Tuomo Nuorluoto (PhD, Uppsala University, 2021) is a classical philologist from Uppsala University and Lerici Fellow at the Swedish Institute of Classical Studies in Rome, 2020/21. The present talk is based on his doctoral thesis with the title Roman Female Cognomina: Studies in the Nomenclature of Roman Women (Uppsala, 2021).
25 March 2021, 17.00, on zoom
Anna Bortolozzi on her latest book: Italian Architectural Drawings from the Cronstedt Collection, Nationalmuseum, Stockholm (Hatje Cantz, 2020)
This catalogue presents the first comprehensive study of the Italian architectural drawings in the Cronstedt Collection in the Nationalmuseum Stockholm, discussing 181 drawings dating from c. 1570 to c. 1620. Among them are works by Francesco da Volterra, Carlo Maderno, and other Roman architects, executed for churches, chapels, palaces, gardens, and fountains—many constituting primary and almost unknown sources for late Mannerist and early Baroque architecture. Also included are plans and architectural details by French draughtsmen, meticulously documenting ancient monuments, as well as buildings by the Renaissance masters Bramante, Antonio da Sangallo, Michelangelo, and Vignola. Italian Architectural Drawings proposes new attributions in the light of recent scholarship, based on close examination of the drawings’ material (paper, medium, technique, mounting). Comparative illustrations and a photographic catalogue of the watermarks complete the volume.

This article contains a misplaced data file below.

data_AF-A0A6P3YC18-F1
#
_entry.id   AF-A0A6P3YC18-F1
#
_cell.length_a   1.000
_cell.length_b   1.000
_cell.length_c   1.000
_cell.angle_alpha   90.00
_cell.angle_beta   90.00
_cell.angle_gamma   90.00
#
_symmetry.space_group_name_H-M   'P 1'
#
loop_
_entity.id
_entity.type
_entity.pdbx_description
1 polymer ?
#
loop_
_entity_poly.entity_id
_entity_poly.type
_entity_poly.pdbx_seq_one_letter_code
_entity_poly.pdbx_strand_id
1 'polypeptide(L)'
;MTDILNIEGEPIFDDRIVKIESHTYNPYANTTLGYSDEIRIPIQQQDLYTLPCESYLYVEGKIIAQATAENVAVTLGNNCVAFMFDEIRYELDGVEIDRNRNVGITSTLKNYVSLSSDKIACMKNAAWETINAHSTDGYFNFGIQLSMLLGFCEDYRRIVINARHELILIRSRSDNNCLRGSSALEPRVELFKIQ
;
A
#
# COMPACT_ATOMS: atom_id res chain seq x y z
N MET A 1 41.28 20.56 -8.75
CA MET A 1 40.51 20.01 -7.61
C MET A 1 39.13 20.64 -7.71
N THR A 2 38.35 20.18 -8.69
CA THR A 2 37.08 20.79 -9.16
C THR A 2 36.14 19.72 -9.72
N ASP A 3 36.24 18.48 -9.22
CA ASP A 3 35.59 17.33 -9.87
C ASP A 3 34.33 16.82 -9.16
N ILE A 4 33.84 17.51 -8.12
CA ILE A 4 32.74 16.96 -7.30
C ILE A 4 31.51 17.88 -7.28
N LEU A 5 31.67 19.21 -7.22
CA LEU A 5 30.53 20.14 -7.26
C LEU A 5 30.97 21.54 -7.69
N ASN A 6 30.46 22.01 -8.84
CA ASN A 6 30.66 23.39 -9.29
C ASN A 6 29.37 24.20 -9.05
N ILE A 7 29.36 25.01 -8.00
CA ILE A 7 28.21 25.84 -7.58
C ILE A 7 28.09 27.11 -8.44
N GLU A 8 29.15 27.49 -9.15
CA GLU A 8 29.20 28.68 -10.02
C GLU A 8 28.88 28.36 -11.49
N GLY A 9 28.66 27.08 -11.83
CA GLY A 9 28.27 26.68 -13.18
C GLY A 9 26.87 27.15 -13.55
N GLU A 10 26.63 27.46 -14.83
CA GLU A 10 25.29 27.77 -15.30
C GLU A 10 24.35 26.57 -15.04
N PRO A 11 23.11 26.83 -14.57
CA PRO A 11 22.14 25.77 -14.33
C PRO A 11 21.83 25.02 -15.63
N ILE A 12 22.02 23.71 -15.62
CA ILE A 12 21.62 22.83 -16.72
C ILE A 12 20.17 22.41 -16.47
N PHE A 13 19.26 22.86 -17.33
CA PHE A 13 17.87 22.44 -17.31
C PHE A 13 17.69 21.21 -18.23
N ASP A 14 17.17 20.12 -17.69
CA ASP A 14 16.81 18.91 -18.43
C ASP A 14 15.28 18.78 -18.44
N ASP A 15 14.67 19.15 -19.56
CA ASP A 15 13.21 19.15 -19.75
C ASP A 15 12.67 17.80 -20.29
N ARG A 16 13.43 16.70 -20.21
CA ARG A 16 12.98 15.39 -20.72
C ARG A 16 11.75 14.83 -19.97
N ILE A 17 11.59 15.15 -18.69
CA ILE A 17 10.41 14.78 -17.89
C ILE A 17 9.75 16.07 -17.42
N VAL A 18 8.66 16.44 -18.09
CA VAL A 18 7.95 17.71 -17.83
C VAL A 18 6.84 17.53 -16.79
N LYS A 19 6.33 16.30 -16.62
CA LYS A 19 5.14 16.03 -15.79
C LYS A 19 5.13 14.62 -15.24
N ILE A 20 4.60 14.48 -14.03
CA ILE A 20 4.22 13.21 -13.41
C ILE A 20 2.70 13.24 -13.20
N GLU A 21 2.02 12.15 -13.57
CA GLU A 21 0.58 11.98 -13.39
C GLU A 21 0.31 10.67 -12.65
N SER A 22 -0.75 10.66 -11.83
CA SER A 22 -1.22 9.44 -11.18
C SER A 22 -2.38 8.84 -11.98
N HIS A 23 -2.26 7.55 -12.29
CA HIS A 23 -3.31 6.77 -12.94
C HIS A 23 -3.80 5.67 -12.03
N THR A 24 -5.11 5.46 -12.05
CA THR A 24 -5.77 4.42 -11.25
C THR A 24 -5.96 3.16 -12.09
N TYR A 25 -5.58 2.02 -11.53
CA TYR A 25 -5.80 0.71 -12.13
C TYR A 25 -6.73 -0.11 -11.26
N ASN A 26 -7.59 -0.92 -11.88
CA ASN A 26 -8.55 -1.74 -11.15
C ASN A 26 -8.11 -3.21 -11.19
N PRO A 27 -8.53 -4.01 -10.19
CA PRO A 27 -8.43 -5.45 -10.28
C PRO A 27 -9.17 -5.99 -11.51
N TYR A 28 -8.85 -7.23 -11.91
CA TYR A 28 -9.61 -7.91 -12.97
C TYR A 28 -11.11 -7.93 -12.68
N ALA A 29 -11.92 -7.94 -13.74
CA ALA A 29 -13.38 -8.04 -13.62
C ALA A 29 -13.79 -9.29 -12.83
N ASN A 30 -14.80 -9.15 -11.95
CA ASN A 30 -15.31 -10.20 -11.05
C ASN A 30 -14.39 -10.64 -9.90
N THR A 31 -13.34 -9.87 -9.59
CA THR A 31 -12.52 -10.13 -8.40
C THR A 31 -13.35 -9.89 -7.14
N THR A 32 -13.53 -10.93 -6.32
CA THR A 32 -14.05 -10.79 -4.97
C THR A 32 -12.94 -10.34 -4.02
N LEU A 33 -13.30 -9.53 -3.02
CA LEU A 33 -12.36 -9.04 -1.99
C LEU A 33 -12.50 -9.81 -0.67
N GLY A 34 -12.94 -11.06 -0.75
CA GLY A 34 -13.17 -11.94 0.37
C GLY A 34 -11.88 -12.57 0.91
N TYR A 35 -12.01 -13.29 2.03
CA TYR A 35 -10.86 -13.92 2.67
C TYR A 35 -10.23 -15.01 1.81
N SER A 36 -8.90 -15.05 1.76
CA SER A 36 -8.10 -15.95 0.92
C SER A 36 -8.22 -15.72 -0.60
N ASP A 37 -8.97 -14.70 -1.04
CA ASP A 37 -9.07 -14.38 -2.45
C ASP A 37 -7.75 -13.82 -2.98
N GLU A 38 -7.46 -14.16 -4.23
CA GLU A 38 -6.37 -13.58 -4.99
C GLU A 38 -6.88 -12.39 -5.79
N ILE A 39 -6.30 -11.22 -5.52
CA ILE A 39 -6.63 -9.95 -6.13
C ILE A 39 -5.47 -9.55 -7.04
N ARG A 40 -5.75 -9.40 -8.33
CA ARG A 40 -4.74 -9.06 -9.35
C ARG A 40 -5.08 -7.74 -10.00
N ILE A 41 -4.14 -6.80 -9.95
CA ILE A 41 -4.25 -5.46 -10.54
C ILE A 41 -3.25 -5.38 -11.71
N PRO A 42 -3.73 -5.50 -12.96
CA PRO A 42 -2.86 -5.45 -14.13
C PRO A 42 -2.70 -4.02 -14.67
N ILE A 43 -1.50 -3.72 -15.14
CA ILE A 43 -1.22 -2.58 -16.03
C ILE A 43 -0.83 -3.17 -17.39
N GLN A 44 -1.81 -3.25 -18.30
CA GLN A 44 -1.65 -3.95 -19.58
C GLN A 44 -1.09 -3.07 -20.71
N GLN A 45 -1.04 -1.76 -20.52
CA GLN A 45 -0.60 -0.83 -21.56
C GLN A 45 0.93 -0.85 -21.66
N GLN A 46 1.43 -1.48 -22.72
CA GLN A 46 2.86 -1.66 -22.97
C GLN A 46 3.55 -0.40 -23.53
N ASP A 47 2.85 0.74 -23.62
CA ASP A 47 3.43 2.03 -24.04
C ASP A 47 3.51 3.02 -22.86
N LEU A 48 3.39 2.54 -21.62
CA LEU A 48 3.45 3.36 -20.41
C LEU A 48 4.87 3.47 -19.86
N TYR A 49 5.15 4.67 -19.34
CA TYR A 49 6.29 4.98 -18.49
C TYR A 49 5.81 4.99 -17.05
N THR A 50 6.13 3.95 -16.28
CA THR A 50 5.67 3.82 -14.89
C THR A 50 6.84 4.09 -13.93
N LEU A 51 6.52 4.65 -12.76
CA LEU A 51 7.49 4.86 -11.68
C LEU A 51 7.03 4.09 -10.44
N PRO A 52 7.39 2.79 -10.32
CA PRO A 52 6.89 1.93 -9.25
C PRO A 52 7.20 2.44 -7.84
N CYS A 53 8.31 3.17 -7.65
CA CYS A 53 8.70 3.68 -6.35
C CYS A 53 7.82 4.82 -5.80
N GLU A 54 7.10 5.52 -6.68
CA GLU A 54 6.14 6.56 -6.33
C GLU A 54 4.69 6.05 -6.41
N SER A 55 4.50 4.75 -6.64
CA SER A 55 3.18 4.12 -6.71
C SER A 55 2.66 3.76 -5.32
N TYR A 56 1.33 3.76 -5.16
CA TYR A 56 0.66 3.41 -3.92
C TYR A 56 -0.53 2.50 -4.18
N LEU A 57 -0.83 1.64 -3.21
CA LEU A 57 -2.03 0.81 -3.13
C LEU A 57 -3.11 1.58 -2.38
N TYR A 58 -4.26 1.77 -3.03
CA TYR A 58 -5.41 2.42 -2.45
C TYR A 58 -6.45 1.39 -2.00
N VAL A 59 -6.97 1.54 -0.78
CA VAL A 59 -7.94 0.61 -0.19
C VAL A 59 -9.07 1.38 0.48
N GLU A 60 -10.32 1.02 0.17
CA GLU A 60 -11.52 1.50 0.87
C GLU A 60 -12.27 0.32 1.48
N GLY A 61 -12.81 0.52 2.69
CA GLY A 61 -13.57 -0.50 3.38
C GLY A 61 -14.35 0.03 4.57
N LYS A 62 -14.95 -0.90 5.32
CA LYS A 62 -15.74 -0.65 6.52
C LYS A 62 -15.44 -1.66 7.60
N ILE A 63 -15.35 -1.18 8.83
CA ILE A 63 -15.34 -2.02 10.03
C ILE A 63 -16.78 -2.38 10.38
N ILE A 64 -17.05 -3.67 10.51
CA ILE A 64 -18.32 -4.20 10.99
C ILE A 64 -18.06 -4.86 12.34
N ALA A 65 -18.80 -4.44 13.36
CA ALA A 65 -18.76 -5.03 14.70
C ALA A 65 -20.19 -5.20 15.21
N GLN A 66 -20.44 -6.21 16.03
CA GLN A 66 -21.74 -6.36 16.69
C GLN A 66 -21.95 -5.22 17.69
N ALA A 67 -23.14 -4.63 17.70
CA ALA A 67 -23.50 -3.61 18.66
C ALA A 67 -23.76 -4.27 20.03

Anna Bortolozzi is Associate Professor of Art History at Stockholm University. She is a specialist in Baroque architecture, with a particular interest in the relationships between architecture and cultural identity, the shape and use of sacred space in the Counter Reformation, architectural drawings and architectural knowledge in Early Modern Europe.